rounded the north-west end of America and went between the ice and
the coast to the east, reached Cape
Parry and moved north
to it, then to the north-east. His
attempt was a success, and three days later he saw the green
mountains of an unknown land. Soon
some more land appeared in the east, and the ship entered a narrow
strait between them. It
turned out to be a strait
between the islands of Banks and Victoria, which he later named
in honor of the Prince of Wales. There
was hope for the opening of the Northwest Passage. McClure
wrote in his diary: “... Does this channel lead to the Barrow
will he, therefore, turn out to be the Northwest Passage, which has
been sought for so long? Really
such an insignificant creature as I succeed in what has been denied
to the most capable and wisest people for so many centuries”. However,
due to the ice it was not possible to get far.
September 12, the ship was frozen in the ice, and the first
wintering began. On
October 21 McClure headed by six people on a sleigh went to test
his guess. October
26 the sailors discovered that the
Prince of Wales Strait connects with the Strait of Melville, and,
consequently, with the Strait of Barrow, opened in 1820 by W.
Parry, who came from the west from the Baffin Sea. This
fact meant that the Northwest Passage exists. With
the onset of spring, the toboggan units began searching for the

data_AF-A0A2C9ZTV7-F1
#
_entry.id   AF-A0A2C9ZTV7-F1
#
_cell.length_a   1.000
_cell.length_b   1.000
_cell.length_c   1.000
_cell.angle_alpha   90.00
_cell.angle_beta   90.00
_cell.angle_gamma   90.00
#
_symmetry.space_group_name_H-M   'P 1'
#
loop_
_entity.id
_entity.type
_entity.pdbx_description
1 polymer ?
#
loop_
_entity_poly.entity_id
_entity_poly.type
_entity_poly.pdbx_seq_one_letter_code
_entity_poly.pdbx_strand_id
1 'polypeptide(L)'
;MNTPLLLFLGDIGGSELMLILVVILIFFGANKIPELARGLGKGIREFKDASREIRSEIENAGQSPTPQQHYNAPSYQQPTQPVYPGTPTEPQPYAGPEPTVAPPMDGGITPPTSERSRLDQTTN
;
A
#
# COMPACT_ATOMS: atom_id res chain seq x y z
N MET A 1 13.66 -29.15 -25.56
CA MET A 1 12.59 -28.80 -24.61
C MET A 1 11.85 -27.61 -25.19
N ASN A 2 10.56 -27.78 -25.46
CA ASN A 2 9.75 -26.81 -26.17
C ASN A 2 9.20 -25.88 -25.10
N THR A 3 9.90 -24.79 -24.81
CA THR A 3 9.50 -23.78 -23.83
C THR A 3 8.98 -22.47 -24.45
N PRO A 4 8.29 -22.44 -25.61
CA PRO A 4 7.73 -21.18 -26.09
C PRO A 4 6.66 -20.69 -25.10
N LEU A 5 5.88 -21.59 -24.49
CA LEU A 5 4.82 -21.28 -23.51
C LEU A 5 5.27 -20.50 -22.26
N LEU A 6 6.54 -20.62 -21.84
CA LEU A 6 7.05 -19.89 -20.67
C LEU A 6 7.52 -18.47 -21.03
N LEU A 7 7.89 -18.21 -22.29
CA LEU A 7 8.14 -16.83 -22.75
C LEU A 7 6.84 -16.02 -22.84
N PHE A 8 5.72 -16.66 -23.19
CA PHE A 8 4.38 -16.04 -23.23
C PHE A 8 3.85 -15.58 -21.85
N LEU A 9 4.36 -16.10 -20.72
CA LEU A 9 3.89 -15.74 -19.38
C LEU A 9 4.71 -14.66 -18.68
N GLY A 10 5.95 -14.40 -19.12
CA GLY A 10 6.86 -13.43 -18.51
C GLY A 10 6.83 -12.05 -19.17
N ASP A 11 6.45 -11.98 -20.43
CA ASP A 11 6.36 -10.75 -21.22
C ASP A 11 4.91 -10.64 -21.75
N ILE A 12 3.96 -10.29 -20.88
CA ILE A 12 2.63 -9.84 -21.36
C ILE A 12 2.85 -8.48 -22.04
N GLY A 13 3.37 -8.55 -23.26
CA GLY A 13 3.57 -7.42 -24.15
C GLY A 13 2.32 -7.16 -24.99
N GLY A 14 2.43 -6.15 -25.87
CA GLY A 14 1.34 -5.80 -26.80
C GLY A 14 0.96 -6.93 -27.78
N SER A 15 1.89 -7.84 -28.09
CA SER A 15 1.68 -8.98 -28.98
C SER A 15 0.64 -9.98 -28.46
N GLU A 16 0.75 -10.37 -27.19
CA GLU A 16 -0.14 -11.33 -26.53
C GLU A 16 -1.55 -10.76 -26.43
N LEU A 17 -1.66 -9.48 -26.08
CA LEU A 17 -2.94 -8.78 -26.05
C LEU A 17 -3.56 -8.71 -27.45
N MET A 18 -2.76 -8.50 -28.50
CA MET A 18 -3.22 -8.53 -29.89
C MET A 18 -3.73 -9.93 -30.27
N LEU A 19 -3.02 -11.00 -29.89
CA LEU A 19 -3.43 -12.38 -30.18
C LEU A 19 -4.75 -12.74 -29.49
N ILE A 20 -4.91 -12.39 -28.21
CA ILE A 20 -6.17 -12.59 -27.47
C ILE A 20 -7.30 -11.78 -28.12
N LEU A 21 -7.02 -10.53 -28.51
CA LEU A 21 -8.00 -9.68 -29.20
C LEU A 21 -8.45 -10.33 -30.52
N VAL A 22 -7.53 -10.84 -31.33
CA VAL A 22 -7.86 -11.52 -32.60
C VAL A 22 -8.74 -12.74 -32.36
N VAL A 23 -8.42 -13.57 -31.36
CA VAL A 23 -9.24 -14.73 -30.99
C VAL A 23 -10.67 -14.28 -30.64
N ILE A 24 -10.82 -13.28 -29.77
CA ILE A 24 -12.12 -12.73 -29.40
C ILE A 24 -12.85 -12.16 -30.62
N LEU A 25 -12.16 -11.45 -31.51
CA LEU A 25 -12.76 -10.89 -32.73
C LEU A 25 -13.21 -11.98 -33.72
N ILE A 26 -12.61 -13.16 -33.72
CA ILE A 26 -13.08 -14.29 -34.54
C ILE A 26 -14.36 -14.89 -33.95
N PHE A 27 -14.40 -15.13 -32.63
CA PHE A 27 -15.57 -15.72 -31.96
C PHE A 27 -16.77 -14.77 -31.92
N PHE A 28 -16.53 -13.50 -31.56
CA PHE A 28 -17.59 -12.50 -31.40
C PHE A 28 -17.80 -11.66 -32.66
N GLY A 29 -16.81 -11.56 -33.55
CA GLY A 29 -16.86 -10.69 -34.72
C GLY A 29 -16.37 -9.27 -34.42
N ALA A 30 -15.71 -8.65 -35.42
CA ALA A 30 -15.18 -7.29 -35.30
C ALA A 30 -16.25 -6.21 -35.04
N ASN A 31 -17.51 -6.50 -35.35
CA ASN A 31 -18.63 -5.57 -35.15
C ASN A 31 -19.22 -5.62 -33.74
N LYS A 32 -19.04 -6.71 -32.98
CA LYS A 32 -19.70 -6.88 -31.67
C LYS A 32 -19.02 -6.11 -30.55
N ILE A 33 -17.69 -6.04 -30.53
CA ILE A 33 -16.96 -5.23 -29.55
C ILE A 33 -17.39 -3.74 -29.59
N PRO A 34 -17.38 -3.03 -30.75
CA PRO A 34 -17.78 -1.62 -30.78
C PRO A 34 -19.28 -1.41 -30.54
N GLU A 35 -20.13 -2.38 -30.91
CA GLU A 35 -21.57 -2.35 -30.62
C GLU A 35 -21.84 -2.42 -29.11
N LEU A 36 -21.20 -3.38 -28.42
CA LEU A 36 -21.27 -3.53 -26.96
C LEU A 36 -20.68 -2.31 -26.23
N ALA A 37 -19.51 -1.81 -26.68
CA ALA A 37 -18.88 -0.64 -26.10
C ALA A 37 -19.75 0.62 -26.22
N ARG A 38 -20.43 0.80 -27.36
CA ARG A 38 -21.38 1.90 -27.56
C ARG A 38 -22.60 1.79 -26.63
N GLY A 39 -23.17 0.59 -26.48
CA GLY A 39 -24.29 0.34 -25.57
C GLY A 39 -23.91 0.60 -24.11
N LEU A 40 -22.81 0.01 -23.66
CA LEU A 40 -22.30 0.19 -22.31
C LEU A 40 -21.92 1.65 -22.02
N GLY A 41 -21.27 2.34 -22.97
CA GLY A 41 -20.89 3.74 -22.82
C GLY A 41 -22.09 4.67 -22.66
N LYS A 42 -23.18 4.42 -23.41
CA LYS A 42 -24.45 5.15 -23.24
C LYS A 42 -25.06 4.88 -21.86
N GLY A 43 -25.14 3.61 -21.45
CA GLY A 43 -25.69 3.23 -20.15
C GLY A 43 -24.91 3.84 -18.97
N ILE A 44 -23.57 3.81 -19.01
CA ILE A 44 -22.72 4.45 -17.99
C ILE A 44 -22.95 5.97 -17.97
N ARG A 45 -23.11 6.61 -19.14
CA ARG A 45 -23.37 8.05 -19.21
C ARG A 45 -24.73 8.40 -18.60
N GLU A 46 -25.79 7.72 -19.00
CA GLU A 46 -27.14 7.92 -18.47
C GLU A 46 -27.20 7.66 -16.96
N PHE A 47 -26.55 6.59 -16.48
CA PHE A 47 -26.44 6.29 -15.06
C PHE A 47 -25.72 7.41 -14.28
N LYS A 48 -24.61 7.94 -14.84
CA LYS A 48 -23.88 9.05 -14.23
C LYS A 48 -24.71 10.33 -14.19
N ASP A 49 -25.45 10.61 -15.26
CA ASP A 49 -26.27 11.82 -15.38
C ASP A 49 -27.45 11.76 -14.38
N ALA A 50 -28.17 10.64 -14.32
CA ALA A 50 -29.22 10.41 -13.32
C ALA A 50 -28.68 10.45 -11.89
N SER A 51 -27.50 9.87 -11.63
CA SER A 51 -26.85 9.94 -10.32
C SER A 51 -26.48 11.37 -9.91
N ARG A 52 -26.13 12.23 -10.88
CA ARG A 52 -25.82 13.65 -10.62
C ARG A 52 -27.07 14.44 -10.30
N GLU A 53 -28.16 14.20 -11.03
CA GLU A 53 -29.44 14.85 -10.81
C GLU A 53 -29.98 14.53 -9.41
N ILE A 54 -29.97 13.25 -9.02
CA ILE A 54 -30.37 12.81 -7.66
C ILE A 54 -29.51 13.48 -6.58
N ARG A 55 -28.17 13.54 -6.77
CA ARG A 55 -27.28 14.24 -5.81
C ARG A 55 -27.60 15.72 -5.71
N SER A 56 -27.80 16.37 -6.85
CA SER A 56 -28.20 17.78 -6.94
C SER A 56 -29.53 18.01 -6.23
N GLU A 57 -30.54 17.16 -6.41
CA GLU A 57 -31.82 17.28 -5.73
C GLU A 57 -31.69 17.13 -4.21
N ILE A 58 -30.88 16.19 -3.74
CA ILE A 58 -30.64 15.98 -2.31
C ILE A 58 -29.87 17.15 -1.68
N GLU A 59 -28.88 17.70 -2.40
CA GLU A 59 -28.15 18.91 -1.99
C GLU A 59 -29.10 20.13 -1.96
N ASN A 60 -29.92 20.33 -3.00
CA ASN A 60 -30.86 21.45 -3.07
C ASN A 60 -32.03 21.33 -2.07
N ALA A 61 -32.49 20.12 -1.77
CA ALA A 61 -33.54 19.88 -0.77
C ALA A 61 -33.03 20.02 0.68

missing expedition, completing multi-day trails in different
View of Melville Island from Banks Island
The coming summer of 1851 did not open the passage through the
Prince of Wales Strait. Then
McClure decided to return and go around Banks Island from the west. This
maneuver was a success, but on September 24 the
"Explorer" was frozen
into the ice again and had to spend the winter on the northern coast of
Banks Island in Mercy Bay. During the winter, polar explorers
succeeded in replenishing food stocks with hunting for deer and
in search of Franklin explored Melville
Island, but found nothing. On
the island at the point of wintering Parry in 1819 - 1820. McClure
left a note that later played a decisive role in the fate of his
The summer of 1852 did not bring the ship of liberation. At
the same place, the third wintering began, the state of the team had
deteriorated significantly by that time. The
lack of nutrition began to affect, the first signs of scurvy